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National Monuments Protect Our Community’s History

Sustainable Communities Forum, headlined by Mike Honda, showcased importance of protecting national parks and monuments.

Editor's note: Hoanganh Nguyen, a San Jose resident, shares her perspective from an event headlined by local Congressman Mike Honda in January. More so than being a breath of fresh air, she writes, national parks are a great source of history and should be preserved. 

As a resident of San Jose, I appreciate that I live close to many beautiful outdoor areas in California. National Parks, Forests and Monuments are just a drive away – from the Tahoe National Forest to the Muir Woods National Monument. But as a busy community volunteer, I haven’t thought much about the significance of these places or how they came to be set aside as protected places.

Recently, I attended a “Sustainable Communities” forum organized by the San Jose-based Asian Americans for Community Involvement (AACI). The forum presented a panel of experts on regional planning, affordable housing, and transportation, as well as national monuments. 

Congressman Mike Honda – our representative in Washington – headlined the event, adding his perspective and expertise to the discussion. I appreciate that he took the time to meet with the people he represents and answer their questions.

One of the featured speakers at the forum was Clarence Moriwaki, a member of the Board of Trustees for the Bainbridge Island Japanese American Exclusion Memorial Committee.  Mr. Moriwaki spoke about working to make sure that the memory of Japanese Americans who were forcibly removed to internment camps during World War II will not be forgotten.

Mr. Moriwaki led a decade long effort to make the former Eagledale Ferry Dock on Bainbridge Island in Washington State a memorial and part of our National Park system.  Bainbridge Island was the first place in the country where Japanese Americans were forcibly removed from their homes.  Families were gathered by soldiers armed with rifles at the Eagledale Ferry Dock and then sent to an internment camp in Manzanar, California.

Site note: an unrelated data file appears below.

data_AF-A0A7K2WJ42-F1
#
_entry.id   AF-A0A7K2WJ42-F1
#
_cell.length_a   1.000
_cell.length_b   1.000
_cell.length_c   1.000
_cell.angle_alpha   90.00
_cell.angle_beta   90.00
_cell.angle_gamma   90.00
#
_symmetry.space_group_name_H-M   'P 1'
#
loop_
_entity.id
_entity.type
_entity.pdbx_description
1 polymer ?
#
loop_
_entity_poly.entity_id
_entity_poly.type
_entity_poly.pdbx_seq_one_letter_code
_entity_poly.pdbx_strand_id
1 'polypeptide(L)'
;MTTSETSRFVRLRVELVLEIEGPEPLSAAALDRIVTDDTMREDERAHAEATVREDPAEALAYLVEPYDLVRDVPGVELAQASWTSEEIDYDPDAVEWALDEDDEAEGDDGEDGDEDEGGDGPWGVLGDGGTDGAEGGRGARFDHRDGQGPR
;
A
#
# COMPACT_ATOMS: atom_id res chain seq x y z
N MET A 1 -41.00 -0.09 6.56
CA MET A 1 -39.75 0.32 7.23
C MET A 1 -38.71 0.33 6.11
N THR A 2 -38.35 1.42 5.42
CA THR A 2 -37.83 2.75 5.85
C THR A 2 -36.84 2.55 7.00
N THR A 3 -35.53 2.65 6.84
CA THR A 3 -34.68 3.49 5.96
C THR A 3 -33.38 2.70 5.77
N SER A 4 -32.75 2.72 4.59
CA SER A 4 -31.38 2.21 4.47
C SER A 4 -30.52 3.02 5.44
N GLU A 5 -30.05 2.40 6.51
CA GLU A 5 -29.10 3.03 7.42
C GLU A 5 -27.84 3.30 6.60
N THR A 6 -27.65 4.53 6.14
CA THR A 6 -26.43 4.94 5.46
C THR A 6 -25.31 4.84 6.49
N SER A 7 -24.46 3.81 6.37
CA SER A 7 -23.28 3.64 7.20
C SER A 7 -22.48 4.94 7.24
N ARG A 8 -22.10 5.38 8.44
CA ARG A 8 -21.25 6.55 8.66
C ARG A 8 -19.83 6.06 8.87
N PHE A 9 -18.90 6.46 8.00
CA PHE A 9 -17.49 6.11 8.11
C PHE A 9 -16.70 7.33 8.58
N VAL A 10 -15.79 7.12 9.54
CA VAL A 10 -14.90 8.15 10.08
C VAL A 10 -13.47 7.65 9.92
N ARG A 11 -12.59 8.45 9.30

Mr. Moriwaki raised local, regional, and national support for the project.  Ultimately, in 2008, the president designated the site to be the Bainbridge Island Japanese American Memorial, protected as part of our National Park System. 

Fittingly, “Nidoto Nai Yoni” – “Let It Not Happen Again” – is the motto of the memorial.  Thanks to Mr. Moriwaki and the community support for this memorial, a part of our history will be preserved, helping future generations to remember this tragic chapter in our country’s past and indeed, to “let it not happen again.” 

Hearing Mr. Moriwaki speak about this topic gave me a fresh sense of appreciation for all our national parks, forests, and monuments.  These are places where we can enjoy the great outdoors, spend time with our families, and breathe in fresh air.  But they can also be places that preserve our community’s history – a physical reminder of our past and a memorial for future generations.

I’ll be sharing what I learned at this forum with my family and friends and looking for opportunities to support our national parks, forests, and monuments.  For all our communities, let’s continue to protect these special places.

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